Many of the interviewees describe brutalities of a similarly extreme nature: rape, disembowelment, death by fire. Indeed, a great many people in Maidenhair burn, a most extreme attempt to forever abolish their presences from the earth. At one point, a list is given of the names and ages of the Gaugauzes burned alive in a barn during resettlement, and Shishkin advises his readers, “Here are the names, but you don’t have to read them. Just turn the page.”
These stories are interlocked with the interpreter’s letters to his “future, former” son Nebuchadnezzasaurus and fragments of Bella Dmietrievna’s diary, written over many decades and then passed along to the interpreter, who has been commissioned to write her biography.
Maidenhair’s language seems a “tessellated vault” under which its voices refract and converge, engaging one another. The endless work of writing, reading, and re-reading, of transcribing, copying, and translating, gives rise to these many textual echoes. Even in Rome, the “Eternal City,” every sculpture and every icon is only a copy of some lost original, like the girl who sleeps as though swimming a crawl: one arm forward, under the pillow, the other back, palm up.
Beneath the surface chaos of its many narratives, Shishkin’s book would appear fractal in its logic.
The prayer of a young soldier, Vasilenko, is recorded in Alyosha’s love letter to Bella: “God the father is in front, the Mother of God is in the middle, and I am in the rear. What happens to God, happens to me.” Bella tapes Alyosha’s letter in her diary and many years later, it will be read again by the interpreter.
Across time and space, Vasilenko will be “resurrected” by the Word.
Shishkin writes: “We are the branch, but for next year. And the soul of your father the submariner is not in some gull. It’s in you.”
Shishkin’s father had indeed been a submariner, as had his uncle Boris. But Shishkin’s “we” describes not self-identified bodies, but the stories created out of them. One branch—or story—emerges from the tissue of another and is at once particular and continuous.
The eighth-century Catholic theologian Henri de Lubac describes a Cosmic Tree: embrassant l'atmosphère entière de ses mains incommensurables.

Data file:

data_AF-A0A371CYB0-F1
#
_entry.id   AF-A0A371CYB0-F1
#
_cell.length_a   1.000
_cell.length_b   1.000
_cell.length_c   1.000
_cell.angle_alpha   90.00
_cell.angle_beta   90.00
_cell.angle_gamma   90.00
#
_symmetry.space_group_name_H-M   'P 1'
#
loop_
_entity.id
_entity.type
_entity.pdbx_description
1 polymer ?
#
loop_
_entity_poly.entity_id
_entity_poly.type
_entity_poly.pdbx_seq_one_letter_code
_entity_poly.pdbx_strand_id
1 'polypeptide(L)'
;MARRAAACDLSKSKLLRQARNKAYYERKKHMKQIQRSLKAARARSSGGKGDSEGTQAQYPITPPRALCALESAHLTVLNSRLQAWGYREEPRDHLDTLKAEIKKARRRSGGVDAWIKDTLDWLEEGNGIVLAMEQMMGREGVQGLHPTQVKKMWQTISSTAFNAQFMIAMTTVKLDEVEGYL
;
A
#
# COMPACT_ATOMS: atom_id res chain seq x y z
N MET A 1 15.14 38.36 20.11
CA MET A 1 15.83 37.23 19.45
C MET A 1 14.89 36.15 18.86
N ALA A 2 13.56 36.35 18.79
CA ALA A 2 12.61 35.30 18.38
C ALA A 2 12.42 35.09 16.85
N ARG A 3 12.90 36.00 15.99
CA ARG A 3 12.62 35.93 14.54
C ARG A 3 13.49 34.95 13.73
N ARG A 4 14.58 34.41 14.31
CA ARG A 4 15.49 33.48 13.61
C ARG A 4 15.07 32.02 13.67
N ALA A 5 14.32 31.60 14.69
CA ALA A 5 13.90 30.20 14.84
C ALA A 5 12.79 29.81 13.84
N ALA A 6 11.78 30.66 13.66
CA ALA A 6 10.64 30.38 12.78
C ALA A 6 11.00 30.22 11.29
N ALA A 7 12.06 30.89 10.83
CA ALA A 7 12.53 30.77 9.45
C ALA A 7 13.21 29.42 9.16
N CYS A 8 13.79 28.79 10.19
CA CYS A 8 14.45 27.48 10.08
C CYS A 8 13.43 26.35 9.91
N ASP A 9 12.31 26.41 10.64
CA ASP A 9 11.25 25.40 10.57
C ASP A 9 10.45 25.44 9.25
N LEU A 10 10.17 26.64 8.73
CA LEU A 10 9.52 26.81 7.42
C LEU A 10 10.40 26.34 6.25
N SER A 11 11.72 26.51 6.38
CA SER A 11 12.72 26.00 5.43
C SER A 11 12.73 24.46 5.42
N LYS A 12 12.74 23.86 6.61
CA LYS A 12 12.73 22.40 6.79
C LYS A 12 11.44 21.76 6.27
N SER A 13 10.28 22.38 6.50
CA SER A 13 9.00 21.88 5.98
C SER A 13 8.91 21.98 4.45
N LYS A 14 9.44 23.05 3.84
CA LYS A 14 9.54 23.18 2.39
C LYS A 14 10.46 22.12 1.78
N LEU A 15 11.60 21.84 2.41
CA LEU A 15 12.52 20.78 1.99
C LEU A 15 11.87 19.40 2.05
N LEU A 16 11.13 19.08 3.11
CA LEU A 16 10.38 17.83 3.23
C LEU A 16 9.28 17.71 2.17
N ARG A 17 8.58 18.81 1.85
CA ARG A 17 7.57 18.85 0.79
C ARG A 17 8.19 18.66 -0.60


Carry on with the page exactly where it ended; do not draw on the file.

It is a recurring image in Maidenhair that can be traced back—from Shishkin, as well as de Lubac—to The Book of Daniel, in which the Babylonian King Nebuchadnezzar dreams of just such a tree, standing at the center of Heaven and Earth.
Like de Lubac’s tree, Maidenhair’s narrative grows in all directions with “incommensurable hands,” except that, in Nebuchadnezzar’s vision, the Cosmic Tree is cut down and stripped bare, its stump bound with iron and bronze, made to “remain in the ground, in the grass of the field.” The king calls upon the prophet Daniel to interpret the dream, only to learn that he is himself the tree, and will likewise be cut down.
From its first pages, Maidenhair is explicitly premised upon the stories of the disappeared and the disappearing: marginal persons. Time and space are “decrepit, worn, shakey” and the slenderest of branches—your blackberry branch—are likely to snap off, to be lost in an eternal “Winter”: “stout, hundred-mawed, howling.”
Indeed, Svetlana Lashova refers to Shishkin’s interest in “the lateral branches of history.” Not without bitterness, he invites his readers to turn the page on the names of the dead, to consent to their disappearance.
In keeping with this sentiment, the delicate Maidenhair fern that grows out from the Roman ruins is “God of life”: “The greenest of grasses. It grew here before your Eternal City and will grow here ever after.” The plant is also distinguished in The Complete Burke’s Backyard as having a “Lazarus quality,” which means, as Burke elaborates, “with the right care, it can come back to life from what looks like certain death.” It has elsewhere been called a “master” of resurrection.
If Shishkin is also a master of sorts, what he has mastered is precisely this “right care.”
Many of the fragments of Bella’s diary are written during time of war, and despite the general destruction that surrounds her, her first instinct is toward love and self-delight. Her dearest wish is to sing in a theatre, to be singly worshipped and adored. So when Pavel, her third love, tells how he rode with gunners over a field strewn with Red Army corpses, how drivers split heads under their wheels like melons, chuckling as they went, Bella closes her ears. She objects to atrocity and to human suffering as such: “It’s not my fault that my youth came in time of war! I won’t get another youth!”
Rostov, the city of her childhood, is twice destroyed by war, but always swept clean, rebuilt, painted over. Snow falls and the world is new again. Only in her diary, by virtue of her words, will the war and the ruined city, her youth and its every sensation, its every mood, rise up to “remain forever.”
And as for the ink that stains Lyalya’s lips and tongue—Lyalya, who first taught Bella how to kiss—nothing will ever wipe it from her mouth, neither time nor death.
Christiane Craig is a writer, translator, and Master's candidate at Paris IV. She lives in Paris.